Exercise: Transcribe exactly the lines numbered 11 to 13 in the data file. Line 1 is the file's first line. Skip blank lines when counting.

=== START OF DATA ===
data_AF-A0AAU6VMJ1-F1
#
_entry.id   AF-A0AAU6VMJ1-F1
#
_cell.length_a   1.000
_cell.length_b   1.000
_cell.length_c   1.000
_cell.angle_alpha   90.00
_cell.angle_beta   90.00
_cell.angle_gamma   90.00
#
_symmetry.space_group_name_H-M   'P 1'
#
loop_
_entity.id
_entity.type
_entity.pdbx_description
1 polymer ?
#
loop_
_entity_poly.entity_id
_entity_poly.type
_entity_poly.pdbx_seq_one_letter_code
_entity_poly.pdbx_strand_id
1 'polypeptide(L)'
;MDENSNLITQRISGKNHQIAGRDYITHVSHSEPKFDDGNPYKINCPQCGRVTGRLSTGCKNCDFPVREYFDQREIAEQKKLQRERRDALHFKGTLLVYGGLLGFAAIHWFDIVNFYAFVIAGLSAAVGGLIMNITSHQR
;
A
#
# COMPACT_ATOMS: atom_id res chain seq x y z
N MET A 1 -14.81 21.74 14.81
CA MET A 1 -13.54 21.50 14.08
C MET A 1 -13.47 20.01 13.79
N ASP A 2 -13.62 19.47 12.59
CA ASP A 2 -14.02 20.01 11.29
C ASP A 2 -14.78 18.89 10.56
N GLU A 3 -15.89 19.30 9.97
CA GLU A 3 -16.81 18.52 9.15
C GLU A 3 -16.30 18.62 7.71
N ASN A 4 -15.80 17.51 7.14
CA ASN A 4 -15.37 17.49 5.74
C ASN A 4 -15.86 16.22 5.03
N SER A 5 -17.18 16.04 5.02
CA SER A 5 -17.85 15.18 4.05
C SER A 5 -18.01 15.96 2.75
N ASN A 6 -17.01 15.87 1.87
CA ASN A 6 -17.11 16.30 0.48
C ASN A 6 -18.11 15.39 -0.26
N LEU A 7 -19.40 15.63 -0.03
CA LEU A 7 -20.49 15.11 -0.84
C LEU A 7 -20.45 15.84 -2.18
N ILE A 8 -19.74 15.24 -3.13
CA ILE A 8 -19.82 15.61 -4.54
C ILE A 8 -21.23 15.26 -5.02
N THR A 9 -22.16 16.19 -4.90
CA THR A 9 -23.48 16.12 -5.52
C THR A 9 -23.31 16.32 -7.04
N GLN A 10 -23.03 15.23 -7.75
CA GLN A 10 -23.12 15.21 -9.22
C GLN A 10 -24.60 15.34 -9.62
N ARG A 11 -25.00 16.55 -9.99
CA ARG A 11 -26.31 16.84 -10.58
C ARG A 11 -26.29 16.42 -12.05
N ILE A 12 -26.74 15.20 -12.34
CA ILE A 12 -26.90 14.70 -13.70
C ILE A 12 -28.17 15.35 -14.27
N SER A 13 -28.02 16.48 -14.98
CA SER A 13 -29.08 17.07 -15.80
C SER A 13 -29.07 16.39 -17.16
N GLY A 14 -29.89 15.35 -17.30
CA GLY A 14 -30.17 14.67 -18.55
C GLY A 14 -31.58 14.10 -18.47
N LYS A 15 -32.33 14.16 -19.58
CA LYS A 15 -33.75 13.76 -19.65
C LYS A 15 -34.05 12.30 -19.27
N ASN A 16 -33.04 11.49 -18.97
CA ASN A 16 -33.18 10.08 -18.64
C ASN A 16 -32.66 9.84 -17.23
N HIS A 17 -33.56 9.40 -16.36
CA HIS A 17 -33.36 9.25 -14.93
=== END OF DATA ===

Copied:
#
_symmetry.space_group_name_H-M   'P 1'
#